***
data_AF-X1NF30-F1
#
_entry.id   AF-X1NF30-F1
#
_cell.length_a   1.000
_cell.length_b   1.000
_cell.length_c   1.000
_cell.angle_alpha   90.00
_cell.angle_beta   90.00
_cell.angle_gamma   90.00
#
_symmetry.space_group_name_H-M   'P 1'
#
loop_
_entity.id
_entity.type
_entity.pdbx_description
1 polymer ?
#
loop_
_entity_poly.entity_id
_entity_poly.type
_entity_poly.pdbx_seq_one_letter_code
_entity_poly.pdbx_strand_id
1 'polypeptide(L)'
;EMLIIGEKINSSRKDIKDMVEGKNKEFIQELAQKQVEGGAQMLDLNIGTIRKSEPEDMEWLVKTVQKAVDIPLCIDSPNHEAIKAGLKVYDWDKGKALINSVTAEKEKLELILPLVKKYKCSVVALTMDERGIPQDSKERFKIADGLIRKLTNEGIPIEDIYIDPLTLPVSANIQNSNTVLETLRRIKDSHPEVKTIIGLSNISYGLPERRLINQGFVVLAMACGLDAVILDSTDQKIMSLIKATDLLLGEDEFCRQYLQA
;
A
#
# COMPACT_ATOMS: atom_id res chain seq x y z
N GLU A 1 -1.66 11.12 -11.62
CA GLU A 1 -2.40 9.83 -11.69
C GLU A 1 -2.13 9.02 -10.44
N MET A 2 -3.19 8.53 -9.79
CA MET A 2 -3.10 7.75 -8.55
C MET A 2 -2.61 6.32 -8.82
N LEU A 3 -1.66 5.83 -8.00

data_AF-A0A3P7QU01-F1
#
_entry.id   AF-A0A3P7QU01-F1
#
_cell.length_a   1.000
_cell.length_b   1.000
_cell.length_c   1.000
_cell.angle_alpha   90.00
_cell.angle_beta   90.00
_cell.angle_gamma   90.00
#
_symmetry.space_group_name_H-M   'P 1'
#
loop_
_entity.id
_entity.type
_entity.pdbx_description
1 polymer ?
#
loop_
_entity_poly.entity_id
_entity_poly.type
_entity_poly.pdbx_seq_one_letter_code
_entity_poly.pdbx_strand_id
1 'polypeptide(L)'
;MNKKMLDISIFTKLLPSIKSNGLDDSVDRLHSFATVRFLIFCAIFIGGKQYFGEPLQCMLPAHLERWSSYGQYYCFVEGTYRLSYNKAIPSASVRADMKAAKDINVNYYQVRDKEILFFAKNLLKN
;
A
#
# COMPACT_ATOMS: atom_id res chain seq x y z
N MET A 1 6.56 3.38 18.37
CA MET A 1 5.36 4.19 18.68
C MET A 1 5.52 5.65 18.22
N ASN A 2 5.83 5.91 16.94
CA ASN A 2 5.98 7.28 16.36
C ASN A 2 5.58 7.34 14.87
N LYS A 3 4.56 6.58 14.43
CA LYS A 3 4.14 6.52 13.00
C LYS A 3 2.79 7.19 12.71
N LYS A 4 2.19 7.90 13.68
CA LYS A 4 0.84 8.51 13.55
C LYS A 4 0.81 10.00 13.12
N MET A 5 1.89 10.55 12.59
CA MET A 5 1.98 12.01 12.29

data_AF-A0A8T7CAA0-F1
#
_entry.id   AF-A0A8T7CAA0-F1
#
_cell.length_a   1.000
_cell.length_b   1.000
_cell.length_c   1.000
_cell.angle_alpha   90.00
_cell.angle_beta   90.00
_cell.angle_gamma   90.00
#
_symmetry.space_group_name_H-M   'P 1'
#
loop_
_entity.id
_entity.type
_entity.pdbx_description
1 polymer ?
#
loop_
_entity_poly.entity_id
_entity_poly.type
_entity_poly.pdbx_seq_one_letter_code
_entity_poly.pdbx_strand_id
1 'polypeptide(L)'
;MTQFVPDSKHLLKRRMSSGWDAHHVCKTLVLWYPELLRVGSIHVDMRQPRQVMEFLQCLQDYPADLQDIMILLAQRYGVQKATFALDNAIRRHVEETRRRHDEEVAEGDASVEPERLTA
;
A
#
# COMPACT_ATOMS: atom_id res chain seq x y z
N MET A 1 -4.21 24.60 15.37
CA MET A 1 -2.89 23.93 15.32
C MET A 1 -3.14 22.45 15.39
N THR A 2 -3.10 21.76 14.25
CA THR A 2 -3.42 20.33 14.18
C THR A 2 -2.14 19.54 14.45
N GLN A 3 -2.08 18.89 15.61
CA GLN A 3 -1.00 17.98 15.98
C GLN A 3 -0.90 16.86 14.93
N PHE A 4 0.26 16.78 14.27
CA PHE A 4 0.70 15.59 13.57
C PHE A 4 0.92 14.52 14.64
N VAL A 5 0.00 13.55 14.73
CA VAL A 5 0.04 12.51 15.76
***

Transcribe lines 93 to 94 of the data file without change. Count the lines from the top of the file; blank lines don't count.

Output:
_symmetry.space_group_name_H-M   'P 1'
#